- Tell people what they mean to you. This will be easier if you start with a non-romantic partner. At the end of a phone call with a friend, just say something simple, such as, “Hey, I really appreciate you listening to me today. You’re a good listener and I always feel like you understand where I’m coming from. It means a lot.” When I give this task to my clients, their reaction is always amazement. They’re often surprised at how much the kind words meant to their friend, and how often the sentiment was reciprocated. So little by little, you will see the positive results of this practice. It will pay off dividends as you strive to become more emotionally accessible to your romantic partner.
- Challenge your negative interpretations of your partner’s behavior. If you struggle with intimacy, you might ignore positive behaviors, or at least diminish their value. This viewpoint, whether internally felt or externally spoken, can overwhelm your relationship with negativity. Once you begin to stay on this loop of negativity, the relationship won’t be fun for either of you. So, start by giving your partner the benefit of the doubt. What if their intentions were positive? What if they were just trying to do the right thing?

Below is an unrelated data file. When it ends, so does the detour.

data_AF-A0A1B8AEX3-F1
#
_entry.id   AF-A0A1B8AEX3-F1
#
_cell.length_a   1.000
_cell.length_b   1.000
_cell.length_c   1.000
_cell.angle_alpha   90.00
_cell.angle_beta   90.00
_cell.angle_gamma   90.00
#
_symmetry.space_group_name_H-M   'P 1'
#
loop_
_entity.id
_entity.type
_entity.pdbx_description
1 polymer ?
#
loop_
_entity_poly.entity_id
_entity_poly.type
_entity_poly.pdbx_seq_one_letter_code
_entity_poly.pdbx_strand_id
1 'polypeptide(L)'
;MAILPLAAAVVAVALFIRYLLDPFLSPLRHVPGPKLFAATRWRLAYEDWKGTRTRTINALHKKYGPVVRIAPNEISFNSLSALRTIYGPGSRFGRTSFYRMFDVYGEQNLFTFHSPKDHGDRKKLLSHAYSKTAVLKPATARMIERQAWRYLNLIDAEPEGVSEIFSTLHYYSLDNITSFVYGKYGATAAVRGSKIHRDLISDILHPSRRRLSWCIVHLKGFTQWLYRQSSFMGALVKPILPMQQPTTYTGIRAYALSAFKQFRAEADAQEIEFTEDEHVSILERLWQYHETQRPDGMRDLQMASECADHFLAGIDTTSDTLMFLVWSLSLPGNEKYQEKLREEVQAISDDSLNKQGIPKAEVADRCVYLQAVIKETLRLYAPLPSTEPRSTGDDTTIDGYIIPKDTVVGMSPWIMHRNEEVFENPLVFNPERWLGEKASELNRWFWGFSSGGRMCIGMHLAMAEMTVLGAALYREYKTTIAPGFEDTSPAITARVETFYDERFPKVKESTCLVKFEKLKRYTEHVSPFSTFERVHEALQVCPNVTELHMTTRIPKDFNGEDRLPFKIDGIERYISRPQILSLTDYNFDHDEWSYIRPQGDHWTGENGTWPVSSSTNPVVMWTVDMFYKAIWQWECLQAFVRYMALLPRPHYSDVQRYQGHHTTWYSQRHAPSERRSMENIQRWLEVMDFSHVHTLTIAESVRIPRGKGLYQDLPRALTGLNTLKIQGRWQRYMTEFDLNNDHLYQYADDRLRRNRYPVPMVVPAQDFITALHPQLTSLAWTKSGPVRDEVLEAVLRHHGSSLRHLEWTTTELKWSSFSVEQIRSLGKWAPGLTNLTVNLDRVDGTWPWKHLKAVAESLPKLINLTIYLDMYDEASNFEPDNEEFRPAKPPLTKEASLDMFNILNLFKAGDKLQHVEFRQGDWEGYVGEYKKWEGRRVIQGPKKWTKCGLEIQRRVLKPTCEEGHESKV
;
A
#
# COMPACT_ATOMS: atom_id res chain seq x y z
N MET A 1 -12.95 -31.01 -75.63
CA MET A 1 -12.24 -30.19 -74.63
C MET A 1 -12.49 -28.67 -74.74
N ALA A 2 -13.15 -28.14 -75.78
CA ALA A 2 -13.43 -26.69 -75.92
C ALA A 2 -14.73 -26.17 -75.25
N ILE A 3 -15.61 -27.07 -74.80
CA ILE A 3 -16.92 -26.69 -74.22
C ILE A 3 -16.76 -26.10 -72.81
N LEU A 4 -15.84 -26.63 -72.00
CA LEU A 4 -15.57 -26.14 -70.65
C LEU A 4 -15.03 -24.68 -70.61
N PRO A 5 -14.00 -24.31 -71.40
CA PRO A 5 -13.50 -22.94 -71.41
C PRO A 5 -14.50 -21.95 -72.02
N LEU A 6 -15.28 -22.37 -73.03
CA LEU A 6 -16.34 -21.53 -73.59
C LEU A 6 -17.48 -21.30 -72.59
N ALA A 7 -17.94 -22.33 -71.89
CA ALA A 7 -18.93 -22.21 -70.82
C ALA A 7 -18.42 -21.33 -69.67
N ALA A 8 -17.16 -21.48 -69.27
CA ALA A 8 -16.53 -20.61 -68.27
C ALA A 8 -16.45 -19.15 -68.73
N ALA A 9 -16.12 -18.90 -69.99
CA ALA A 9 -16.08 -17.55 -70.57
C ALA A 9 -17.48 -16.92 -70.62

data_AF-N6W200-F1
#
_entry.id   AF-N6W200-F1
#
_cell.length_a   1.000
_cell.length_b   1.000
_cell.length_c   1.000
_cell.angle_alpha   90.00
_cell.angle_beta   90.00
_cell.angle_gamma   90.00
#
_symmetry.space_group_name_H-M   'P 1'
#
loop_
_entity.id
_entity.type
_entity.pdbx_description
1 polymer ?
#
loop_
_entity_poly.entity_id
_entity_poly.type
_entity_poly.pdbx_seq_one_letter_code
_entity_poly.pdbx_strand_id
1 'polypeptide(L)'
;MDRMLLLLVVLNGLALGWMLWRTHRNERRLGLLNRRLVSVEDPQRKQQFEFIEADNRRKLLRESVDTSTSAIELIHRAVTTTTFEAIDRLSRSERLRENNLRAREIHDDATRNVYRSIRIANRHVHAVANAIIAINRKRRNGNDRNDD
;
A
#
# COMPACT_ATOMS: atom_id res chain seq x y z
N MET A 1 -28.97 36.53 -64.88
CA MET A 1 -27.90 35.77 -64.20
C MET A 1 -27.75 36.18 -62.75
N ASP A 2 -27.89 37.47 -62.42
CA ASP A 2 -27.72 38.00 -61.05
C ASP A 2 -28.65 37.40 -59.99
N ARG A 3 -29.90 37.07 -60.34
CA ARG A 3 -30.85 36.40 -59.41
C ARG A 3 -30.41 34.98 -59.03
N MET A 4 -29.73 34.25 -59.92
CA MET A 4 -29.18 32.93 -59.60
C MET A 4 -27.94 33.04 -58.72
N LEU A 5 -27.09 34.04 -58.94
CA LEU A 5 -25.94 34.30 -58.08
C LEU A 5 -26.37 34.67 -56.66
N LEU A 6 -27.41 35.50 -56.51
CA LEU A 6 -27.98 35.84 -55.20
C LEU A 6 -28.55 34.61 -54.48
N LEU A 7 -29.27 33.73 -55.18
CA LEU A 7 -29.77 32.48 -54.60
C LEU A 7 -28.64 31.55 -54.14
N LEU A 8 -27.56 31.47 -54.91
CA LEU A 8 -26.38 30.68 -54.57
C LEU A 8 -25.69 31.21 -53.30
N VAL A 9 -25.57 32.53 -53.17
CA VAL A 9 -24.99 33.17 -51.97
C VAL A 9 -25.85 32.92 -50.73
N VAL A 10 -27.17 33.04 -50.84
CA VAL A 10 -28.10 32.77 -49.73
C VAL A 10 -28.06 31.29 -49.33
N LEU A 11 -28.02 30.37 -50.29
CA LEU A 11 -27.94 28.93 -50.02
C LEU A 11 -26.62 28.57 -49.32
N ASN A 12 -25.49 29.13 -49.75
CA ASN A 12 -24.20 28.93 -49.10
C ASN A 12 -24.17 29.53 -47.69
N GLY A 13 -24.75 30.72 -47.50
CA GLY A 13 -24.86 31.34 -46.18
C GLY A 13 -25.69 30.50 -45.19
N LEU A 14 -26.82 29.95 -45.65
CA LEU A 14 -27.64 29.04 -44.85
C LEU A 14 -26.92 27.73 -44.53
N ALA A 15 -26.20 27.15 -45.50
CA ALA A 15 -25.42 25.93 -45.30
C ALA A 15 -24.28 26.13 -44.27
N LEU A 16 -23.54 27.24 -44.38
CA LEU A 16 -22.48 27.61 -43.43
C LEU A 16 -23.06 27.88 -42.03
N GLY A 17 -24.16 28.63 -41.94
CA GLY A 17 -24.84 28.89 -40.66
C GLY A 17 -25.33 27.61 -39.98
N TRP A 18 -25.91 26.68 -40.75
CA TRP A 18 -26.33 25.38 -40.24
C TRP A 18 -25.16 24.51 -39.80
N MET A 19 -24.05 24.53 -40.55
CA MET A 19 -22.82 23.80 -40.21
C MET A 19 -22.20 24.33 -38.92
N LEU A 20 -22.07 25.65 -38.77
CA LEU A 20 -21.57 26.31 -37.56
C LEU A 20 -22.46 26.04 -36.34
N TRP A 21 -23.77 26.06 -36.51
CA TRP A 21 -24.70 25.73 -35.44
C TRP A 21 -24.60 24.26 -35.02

- Challenge your catastrophizing beliefs. Let’s say your new girlfriend invites you on a romantic weekend getaway—and your brain can only think that this means you’re one step closer to marriage and a life in the suburbs. Or maybe she invites you to hang out with her nieces and nephews, and you assume you’re practicing for parenthood. Pump the breaks. It only means she wants to spend quality time with you for a couple of days, and it definitely doesn’t mean she sees you in her future forever. Bring yourself to focus on the moment at hand, and try to avoid applying meaning that doesn’t exist.
It is possible to become more emotionally available. But it will take effort and intention. Over time, these little changes applied consistently will give you the kind of relationship that deep down, you’ve always wanted.